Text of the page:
If you were in Tim Hortons in Cape Breton this summer, you might have heard Linnaea Oland’s excited scream as she learned she was one of two recipients of the Harrison McCain scholarship—an accolade she now shares with fellow Nova Scotian Jude Pepler.
“I’m pretty sure I terrified every customer that was in the store at the time and my coworkers and my boss,” Oland laughs. “I just started jumping up and down, and they were all pretty excited for me … It meant and means a ridiculous amount to have won the scholarship.”
The award has a total value of $16,000 over four years. It is awarded to high school graduates with a minimum admission average of 80 per cent, documented financial need and a recognized desire to fund their education.
Oland is the second generation in her family to attend King’s, as her mom is also an alum. Her recommendation and the university’s unique approach attracted Oland to the journalism program.
“(The Foundation Year Program) was really appealing to me. I loved the idea of melding so many things together: history, philosophy, science and, obviously, literature. And I hadn’t heard of another program anywhere like it. I just thought it was so appealing.”
Growing up in rural Cape Breton fostered an early passion for the environment and sustainability. Though she always loved writing, Oland says she found it challenging to narrow down what she wanted to do after high school. Being glued to the news during the pandemic eventually shifted her interest to journalism and ignited a desire to raise awareness about important issues. That was when she realized how to combine her passions.
“I knew that I wanted a career that would allow me to give voice to others and use my writing to bring very important things to the forefront,” she says. “I love the idea of investigative journalism, especially focused on environmental issues.”
Although moving to a larger centre has been an adjustment for Oland, she’s enjoying Halifax and life at King’s. The journalism program, in particular, has surpassed her expectations.
“I didn’t expect it, even in the first few weeks, to be so insightful and have so many helpful tips,” she says. “I was surprised by the little details … and I think my favourite thing so far is the focus on Indigenous viewpoints and ethics … I had no idea that they were going to focus so much on that, and I am thrilled.”
In terms of her long-term goals, Oland says the CBC sits near the top, but her dream job would be to work for the independent news organization Al Jazeera.
“I find it to be full of fantastic journalism,” she says. “It is so broad and covers global events really well. Probably the least biased news network that I’ve come across.”
Jude Pepler would likely be the first reporter on the scene of a zombie apocalypse, but for now, he’ll settle for reviewing horror flicks. The Dartmouth native began sharpening his writing chops during the pandemic with regular submissions to film websites, sharing his thoughts on public forums and eventually landed a paid gig for High on Films—a digital publication dedicated to exploring both mainstream and independent movies. Now, as a FYP student, he hopes to infuse a career in journalism with his love of the whimsical and macabre.
Pepler says the idea of becoming a journalist had been on his mind since junior high school, but it wasn’t an English teacher who recommended King’s—it was his basketball coach.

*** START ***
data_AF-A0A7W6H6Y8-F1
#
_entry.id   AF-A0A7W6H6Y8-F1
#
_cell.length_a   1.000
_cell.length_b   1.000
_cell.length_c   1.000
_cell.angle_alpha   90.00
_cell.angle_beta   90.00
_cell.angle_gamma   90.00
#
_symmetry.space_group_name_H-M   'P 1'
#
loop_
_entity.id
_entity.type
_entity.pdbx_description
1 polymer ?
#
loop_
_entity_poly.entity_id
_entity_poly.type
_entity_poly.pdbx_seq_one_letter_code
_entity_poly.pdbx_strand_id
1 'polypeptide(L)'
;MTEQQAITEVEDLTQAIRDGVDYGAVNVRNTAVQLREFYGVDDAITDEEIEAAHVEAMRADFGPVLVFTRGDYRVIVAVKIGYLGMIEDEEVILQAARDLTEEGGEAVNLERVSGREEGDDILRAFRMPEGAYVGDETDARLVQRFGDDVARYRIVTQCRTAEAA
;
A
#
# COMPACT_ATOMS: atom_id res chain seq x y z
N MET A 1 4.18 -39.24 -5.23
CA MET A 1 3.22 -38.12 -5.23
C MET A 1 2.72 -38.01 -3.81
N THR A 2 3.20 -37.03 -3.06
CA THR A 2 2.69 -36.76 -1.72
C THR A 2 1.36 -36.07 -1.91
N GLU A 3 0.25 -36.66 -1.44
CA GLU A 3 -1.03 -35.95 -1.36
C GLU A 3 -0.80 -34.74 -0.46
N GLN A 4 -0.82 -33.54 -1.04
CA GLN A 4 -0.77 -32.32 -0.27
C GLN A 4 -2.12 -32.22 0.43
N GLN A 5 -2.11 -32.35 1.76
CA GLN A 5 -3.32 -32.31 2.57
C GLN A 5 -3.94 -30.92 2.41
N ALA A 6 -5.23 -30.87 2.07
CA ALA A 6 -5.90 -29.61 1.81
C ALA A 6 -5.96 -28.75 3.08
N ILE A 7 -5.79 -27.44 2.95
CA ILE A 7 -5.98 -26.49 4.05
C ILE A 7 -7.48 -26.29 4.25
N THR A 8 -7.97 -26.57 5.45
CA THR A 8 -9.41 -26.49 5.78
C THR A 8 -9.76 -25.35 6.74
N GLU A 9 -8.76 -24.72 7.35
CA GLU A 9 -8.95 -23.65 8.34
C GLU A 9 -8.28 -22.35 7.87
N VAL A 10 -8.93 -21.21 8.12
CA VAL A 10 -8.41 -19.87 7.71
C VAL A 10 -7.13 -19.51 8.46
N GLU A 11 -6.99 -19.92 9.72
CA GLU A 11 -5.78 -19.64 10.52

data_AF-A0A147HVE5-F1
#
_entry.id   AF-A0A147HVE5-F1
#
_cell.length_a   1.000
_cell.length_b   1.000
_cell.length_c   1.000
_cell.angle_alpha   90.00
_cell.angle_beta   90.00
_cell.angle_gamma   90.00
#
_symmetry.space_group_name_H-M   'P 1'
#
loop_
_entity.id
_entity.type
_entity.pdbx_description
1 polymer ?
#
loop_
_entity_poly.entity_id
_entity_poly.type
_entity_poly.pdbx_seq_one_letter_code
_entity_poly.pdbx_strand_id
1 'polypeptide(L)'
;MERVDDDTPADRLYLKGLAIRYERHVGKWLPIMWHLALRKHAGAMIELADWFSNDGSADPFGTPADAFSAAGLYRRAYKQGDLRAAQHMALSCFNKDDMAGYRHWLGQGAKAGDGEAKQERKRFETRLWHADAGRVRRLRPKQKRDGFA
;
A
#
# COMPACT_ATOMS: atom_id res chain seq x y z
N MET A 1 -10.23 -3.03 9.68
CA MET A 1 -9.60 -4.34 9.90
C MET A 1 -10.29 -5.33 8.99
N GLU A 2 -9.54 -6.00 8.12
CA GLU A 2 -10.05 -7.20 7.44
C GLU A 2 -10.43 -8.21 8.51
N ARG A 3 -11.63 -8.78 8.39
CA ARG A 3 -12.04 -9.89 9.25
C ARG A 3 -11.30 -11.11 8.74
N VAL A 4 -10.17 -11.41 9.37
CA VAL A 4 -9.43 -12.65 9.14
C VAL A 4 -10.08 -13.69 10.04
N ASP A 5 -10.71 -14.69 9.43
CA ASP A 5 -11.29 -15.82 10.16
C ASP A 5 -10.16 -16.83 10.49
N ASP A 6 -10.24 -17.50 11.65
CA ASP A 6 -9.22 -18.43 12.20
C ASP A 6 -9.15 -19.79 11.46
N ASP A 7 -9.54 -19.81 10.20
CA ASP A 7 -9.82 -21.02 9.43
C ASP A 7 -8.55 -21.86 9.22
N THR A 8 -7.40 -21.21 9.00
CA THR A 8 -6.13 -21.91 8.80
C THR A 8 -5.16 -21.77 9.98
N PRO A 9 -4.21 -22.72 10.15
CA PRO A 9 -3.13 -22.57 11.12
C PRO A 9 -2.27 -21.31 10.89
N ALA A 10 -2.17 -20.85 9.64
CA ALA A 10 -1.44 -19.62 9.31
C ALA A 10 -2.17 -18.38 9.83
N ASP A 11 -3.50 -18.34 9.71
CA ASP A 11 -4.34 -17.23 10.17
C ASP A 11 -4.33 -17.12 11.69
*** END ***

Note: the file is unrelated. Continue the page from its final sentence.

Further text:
“I’m as interested in basketball as I am in movies,” Pepler muses. “I grew up playing basketball, and that’s how I found out about King’s … (my coach) had actually been at King’s for journalism, so he recommended it to me. I made it my goal throughout junior high and high school to try and get there.”
Not only did Pepler achieve that goal, along with fellow first-year student Oland, Pepler is one of five Harrison McCain Scholars currently studying at King’s.
It was the essay prompt that piqued his interest in the scholarship: “An author has written that ‘Learning to live with ambiguity is learning to live with how life really is.’ Write an essay that tries to explain what this notion might mean. […]”
He says he approached the concept of society’s grey areas by focusing on the recent phenomenon of ‘cancel culture’—the practice of withdrawing support for public figures who go against the grain of popular opinion. This mindset lends itself to a black-and-white view of humanity without room for growth or learning from our mistakes, Pepler explains.
“We’re in a time right now where socially, everything is … changing. To adapt to that, you really have to keep an open mind,” he says. “There’s a lot of ignorance in the world, but that doesn’t mean people can’t change.”
In the context of a film, we, as audience members, do not expect the characters to have it all figured out in the first scene. Pepler says we need to give each other more grace in real life.
“It’s kind of a double-edged sword where you have to give people the chance to adapt and become more open-minded with time and not just jump to conclusions.”
Well into his first term at King’s, Pepler says he is adjusting to the increased course load and enjoying meeting people with similar interests.
“I’m liking it a lot. Everyone is really nice. I feel like I’ve learned a lot already,” he says. “The great thing about King’s is that you get to try everything.”
At the moment, Pepler remains torn between his love of movies and basketball, so it is unclear whether he will pursue a career in sports journalism or continue reviewing films. Regardless of his path, Pepler’s main goal is to foster a connection with his audience so that they keep returning to his writing.
“I’m definitely looking to grow,” he says. “I definitely want to hone more of a voice for myself so that I can create more opportunities and people want to come back to (my) writing … I’d like to have some kind of distinct voice that people want to listen to.”